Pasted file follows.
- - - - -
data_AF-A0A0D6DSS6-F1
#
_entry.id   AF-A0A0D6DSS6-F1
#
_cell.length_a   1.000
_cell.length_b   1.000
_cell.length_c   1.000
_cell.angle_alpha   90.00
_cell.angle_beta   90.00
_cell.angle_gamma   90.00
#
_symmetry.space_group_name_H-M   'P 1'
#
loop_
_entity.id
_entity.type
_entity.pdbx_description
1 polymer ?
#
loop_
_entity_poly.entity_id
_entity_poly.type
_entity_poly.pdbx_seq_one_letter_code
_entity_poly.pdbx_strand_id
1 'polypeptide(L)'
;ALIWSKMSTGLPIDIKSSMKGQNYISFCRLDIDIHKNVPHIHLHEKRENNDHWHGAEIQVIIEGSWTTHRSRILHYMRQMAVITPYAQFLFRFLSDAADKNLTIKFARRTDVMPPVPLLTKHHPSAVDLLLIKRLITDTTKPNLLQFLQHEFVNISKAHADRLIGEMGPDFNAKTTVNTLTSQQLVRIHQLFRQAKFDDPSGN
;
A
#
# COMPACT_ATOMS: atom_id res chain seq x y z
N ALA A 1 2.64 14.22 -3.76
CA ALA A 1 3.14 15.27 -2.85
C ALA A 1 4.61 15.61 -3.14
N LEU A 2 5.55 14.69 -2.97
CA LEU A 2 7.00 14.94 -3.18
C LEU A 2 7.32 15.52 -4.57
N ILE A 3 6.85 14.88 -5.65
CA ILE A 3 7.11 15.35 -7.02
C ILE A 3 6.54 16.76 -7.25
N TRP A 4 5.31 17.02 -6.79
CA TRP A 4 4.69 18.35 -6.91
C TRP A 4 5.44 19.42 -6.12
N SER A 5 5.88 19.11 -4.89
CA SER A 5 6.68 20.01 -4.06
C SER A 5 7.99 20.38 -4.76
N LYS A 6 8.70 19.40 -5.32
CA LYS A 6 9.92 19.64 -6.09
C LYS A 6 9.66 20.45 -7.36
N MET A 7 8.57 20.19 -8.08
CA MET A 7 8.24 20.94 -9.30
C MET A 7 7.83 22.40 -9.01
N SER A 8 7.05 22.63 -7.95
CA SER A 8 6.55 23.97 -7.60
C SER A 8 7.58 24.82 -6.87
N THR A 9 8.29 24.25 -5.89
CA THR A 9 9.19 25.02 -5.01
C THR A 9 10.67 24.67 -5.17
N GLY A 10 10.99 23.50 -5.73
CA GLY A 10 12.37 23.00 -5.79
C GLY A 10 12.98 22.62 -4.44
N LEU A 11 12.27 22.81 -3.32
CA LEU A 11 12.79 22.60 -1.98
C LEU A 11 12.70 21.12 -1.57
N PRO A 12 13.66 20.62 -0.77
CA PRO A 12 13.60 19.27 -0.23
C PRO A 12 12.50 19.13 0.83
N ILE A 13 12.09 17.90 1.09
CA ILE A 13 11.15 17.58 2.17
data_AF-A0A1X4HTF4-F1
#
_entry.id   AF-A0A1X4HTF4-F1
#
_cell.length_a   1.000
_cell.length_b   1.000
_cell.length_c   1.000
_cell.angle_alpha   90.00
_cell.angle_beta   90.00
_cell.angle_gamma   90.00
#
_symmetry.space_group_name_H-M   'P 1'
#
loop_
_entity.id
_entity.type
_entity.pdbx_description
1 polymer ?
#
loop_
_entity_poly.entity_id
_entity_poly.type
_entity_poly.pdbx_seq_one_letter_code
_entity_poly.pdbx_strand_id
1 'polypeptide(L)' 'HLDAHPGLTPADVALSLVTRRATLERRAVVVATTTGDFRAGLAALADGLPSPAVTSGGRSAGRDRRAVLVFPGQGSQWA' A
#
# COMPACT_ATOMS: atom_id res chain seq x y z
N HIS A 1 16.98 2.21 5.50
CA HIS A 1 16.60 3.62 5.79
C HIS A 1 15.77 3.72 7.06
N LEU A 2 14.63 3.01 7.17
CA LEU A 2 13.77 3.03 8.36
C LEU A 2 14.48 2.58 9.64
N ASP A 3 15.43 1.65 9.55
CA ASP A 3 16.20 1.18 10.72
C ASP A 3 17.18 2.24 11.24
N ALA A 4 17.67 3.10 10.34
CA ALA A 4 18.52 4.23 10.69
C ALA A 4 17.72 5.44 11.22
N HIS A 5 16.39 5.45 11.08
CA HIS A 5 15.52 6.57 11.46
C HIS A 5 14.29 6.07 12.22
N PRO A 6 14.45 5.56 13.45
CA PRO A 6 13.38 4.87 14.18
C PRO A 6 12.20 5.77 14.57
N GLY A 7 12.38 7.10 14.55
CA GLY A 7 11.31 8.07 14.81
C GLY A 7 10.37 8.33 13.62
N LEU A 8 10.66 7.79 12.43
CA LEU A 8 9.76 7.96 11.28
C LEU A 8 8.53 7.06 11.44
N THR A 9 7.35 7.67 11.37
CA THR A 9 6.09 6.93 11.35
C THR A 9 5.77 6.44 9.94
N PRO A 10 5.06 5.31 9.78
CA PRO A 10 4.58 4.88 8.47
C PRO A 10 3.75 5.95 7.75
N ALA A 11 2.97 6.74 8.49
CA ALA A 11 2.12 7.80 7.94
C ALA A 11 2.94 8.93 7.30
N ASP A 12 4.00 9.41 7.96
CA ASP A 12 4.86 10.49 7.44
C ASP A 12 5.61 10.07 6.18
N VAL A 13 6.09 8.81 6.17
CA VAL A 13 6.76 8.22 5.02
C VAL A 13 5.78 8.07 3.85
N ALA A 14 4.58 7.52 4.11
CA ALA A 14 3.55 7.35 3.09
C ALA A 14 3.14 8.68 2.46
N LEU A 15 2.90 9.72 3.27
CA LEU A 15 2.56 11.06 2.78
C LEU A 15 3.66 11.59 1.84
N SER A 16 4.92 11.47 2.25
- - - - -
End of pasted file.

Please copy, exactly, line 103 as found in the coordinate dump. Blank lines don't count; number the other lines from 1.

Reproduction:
CA ASP A 3 16.20 1.18 10.72